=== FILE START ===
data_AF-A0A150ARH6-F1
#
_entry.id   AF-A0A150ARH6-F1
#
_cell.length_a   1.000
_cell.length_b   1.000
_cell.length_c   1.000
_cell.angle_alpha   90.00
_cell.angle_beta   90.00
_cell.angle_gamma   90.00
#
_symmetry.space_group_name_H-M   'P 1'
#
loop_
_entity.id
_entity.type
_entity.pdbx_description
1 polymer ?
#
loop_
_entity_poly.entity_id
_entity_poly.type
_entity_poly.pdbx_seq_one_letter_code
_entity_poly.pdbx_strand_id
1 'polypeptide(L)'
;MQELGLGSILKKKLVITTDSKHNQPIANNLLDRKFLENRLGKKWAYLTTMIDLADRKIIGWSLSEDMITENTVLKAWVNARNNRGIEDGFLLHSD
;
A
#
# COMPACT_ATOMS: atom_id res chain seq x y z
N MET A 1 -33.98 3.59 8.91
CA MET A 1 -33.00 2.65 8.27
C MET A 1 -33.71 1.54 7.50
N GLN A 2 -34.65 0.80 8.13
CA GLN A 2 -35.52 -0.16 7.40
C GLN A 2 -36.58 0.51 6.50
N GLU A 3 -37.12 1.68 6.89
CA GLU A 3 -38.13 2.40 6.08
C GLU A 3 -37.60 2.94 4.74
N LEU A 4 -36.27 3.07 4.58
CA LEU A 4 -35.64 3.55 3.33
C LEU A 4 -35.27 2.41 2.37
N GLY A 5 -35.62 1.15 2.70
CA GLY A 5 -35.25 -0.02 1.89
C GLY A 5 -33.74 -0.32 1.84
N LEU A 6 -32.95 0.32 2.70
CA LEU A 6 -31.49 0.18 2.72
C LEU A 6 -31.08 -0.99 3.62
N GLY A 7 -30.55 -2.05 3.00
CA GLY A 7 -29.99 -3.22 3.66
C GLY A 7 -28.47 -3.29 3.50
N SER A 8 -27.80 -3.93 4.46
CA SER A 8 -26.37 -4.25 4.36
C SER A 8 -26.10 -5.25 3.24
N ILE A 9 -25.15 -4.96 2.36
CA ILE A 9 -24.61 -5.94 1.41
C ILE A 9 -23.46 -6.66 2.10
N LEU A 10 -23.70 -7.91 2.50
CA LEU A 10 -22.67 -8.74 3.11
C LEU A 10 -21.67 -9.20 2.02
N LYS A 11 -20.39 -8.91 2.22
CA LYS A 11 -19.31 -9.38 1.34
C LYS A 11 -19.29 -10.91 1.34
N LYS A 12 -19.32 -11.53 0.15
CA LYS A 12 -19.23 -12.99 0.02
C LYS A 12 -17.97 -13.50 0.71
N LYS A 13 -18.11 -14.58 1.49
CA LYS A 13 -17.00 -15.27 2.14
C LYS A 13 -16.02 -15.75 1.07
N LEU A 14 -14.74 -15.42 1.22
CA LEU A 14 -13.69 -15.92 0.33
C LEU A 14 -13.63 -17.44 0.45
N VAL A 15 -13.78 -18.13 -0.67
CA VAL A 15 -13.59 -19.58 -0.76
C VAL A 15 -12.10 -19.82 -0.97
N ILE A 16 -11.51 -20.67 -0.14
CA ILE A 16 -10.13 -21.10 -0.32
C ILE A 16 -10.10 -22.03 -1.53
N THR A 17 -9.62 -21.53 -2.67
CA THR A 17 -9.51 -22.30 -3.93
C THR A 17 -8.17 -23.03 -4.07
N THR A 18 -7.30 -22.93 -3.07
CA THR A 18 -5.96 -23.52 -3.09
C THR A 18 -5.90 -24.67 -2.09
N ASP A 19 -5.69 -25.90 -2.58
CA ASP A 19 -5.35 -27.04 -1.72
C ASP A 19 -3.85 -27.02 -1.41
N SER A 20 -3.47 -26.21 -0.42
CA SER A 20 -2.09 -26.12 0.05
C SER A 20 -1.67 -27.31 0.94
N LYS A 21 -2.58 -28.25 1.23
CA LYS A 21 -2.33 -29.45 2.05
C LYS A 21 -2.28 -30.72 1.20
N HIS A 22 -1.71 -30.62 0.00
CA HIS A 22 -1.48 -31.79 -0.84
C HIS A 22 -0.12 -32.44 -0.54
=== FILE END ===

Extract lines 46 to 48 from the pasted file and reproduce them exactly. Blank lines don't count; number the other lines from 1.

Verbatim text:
N LEU A 6 -32.95 0.32 2.70
CA LEU A 6 -31.49 0.18 2.72
C LEU A 6 -31.08 -0.99 3.62